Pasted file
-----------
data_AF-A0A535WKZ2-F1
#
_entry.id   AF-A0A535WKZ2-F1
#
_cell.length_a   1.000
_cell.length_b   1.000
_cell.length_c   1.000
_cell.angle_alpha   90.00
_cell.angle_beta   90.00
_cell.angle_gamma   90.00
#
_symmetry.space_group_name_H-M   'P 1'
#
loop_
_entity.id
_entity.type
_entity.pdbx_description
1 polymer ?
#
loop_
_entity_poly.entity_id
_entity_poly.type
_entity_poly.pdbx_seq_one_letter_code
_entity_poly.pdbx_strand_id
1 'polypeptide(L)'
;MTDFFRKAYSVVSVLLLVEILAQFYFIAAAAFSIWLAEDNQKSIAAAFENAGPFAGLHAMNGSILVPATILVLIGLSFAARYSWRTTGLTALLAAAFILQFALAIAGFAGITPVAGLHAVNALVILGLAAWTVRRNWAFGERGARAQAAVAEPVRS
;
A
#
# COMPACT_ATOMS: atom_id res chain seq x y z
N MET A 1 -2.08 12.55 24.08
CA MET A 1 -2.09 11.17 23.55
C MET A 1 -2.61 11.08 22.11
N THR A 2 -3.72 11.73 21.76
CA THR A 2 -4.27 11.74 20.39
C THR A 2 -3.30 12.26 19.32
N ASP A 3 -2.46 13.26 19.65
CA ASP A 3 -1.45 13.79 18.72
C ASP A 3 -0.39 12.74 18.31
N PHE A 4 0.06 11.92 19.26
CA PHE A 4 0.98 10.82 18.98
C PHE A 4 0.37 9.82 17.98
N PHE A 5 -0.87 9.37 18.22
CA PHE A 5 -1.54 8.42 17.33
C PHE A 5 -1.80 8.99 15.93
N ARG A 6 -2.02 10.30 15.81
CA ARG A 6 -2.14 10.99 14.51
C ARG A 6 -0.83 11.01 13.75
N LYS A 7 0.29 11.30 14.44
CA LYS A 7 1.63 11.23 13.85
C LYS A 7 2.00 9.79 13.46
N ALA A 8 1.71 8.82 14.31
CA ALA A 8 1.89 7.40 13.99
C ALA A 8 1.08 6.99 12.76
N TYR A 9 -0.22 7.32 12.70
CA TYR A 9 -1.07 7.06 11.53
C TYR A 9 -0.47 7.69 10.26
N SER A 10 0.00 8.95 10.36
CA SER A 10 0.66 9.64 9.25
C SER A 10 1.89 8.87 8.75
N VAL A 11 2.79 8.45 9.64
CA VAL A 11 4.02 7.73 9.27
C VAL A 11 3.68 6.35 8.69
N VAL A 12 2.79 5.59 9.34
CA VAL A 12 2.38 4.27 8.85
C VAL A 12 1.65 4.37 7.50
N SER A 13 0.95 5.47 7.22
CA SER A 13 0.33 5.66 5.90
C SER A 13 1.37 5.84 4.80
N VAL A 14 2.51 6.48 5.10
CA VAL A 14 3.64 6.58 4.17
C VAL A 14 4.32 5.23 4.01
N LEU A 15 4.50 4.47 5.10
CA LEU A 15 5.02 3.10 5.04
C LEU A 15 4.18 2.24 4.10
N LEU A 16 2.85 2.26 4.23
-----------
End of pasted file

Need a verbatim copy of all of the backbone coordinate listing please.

data_AF-A0A535WKZ2-F1
#
_entry.id   AF-A0A535WKZ2-F1
#
_cell.length_a   1.000
_cell.length_b   1.000
_cell.length_c   1.000
_cell.angle_alpha   90.00
_cell.angle_beta   90.00
_cell.angle_gamma   90.00
#
_symmetry.space_group_name_H-M   'P 1'
#
loop_
_entity.id
_entity.type
_entity.pdbx_description
1 polymer ?
#
loop_
_entity_poly.entity_id
_entity_poly.type
_entity_poly.pdbx_seq_one_letter_code
_entity_poly.pdbx_strand_id
1 'polypeptide(L)'
;MTDFFRKAYSVVSVLLLVEILAQFYFIAAAAFSIWLAEDNQKSIAAAFENAGPFAGLHAMNGSILVPATILVLIGLSFAARYSWRTTGLTALLAAAFILQFALAIAGFAGITPVAGLHAVNALVILGLAAWTVRRNWAFGERGARAQAAVAEPVRS
;
A
#
# COMPACT_ATOMS: atom_id res chain seq x y z
N MET A 1 -2.08 12.55 24.08
CA MET A 1 -2.09 11.17 23.55
C MET A 1 -2.61 11.08 22.11
N THR A 2 -3.72 11.73 21.76
CA THR A 2 -4.27 11.74 20.39
C THR A 2 -3.30 12.26 19.32
N ASP A 3 -2.46 13.26 19.65
CA ASP A 3 -1.45 13.79 18.72
C ASP A 3 -0.39 12.74 18.31
N PHE A 4 0.06 11.92 19.26
CA PHE A 4 0.98 10.82 18.98
C PHE A 4 0.37 9.82 17.98
N PHE A 5 -0.87 9.37 18.22
CA PHE A 5 -1.54 8.42 17.33
C PHE A 5 -1.80 8.99 15.93
N ARG A 6 -2.02 10.30 15.81
CA ARG A 6 -2.14 10.99 14.51
C ARG A 6 -0.83 11.01 13.75
N LYS A 7 0.29 11.30 14.44
CA LYS A 7 1.63 11.23 13.85
C LYS A 7 2.00 9.79 13.46
N ALA A 8 1.71 8.82 14.31
CA ALA A 8 1.89 7.40 13.99
C ALA A 8 1.08 6.99 12.76
N TYR A 9 -0.22 7.32 12.70
CA TYR A 9 -1.07 7.06 11.53
C TYR A 9 -0.47 7.69 10.26
N SER A 10 0.00 8.95 10.36
CA SER A 10 0.66 9.64 9.25
C SER A 10 1.89 8.87 8.75
N VAL A 11 2.79 8.45 9.64
CA VAL A 11 4.02 7.73 9.27
C VAL A 11 3.68 6.35 8.69
N VAL A 12 2.79 5.59 9.34
CA VAL A 12 2.38 4.27 8.85
C VAL A 12 1.65 4.37 7.50
N SER A 13 0.95 5.47 7.22
CA SER A 13 0.33 5.66 5.90
C SER A 13 1.37 5.84 4.80
N VAL A 14 2.51 6.48 5.10
CA VAL A 14 3.64 6.58 4.17
C VAL A 14 4.32 5.23 4.01
N LEU A 15 4.50 4.47 5.10
CA LEU A 15 5.02 3.10 5.04
C LEU A 15 4.18 2.24 4.10
N LEU A 16 2.85 2.26 4.23